Saturday, April 4, 2009

Noise: Special Benefit of Downtown Living

Blaming he Victim
I am not a native Washingtonian, though my wife and I adopted this great city as our home many years ago and have been living downtown since 1995. Whenever I share the challenges our city faces from oversight by “state” politicians who like to make their political points at our expense, I am usually queried with “You knew that you were losing voting rights when you moved to DC do it is your fault, not the blame of those politicians representing states.” It is not a good argument and my friends ceased using it many years ago especially since I am generally enraged by “blaming the victim” arguments.

Sadly, I have been hearing a similar refrain since moving downtown. Complain about noise to a club owner and their response is “if you want quiet, you should not live downtown.” I have received similar advice from city agency professionals who see a commercial zone and choose to ignore the growing number of people who actually live downtown rather than commute from a state or live in a more residential ward. Since I chose to live downtown, then I should expect the bass laden beat from a nearby club and be amused by the whims of DC WASA as they prepare for the midnight dance of the jackhammer. I was once advised by a Ward 6 commissioner that downtowners should expect the lively 3AM club crowds and not complain - after all, living downtown is a choice. Clubs first, local residents last. More blaming the victim.

Bait and Switch
Nearly two years ago, I attended a hearing with other downtown neighbors on noise. An amendment was being considered that would put some limits on the volume generated by amplified non-commercial speech. There is no limit on how loud one can be if the speech is not amplified. There used to be a 60 decibel limit for amplified non-commercial speech that was remove at the behest of local unions who were, or were believed to have been, abused by police officers for being above the limit. I do not know what the facts are for the union grievance, but it only impacted daytime office workers since most of the protests were downtown. The change, though, enabled unions and other protesters to be as loud as their amplifier permitted throughout the city.

When a group of hate preachers took hold on H Street NE in Ward 6, residents joined together and after over two years of hard work and the support of Councilmember Tommy Wells, they were able to get some relief with the adoption of a 70 decibel limit for amplified non-commercial speech. They made their point by fostering their own demonstrations in neighborhoods like Georgetown and drawing attention to the harm by the change. Unfortunately, the amendment that was passed could only pass with union support. Since unions are not focused on residential venues, they were willing to give it up if they could continue to be as loud as technically possible in downtown locations. We actively supported protections that we believed would benefit all district residents. In the end, it only offered protection for some district residents. This seemed appropriate since, after all, in the blaming the victim mentality, we chose to live downtown. We chose to have less rights.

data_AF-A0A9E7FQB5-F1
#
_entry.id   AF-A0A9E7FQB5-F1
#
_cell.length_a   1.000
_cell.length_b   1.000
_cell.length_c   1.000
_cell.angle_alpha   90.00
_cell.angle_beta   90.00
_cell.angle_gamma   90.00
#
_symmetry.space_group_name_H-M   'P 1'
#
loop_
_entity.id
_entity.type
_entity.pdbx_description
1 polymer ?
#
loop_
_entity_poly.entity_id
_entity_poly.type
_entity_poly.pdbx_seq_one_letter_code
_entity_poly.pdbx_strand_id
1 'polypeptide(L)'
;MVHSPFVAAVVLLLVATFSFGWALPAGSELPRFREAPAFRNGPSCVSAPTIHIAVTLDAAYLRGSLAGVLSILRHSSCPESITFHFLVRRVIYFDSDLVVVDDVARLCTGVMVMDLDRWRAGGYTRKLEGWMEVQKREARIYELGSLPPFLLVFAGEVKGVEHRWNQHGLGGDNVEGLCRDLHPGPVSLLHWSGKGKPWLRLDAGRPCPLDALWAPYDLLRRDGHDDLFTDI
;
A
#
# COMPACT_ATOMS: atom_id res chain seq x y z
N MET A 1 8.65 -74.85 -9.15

Discrimination Institutionalized
So, a bad bill was created that discriminates against those who have been at the center of city revitalization. When the vote was taken, the two sponsors, Ward 6 Councilmember Tommy Wells and Ward 4 Councilmember Mary Cheh voted against their own bill. I know they both were sincerely disappointed at the outcome. What we are left with are regulations that are unfair and treat those of us who sleep downtown and receive less city services than our residential neighbors with less protection, too. This isn’t fair; can it really be legal? But hey, just by moving to DC we willingly gave up political rights just as moving downtown gave us zoning laws that do not acknowledge our existence. So, perhaps blaming the victim is the right argument. It still makes me angry.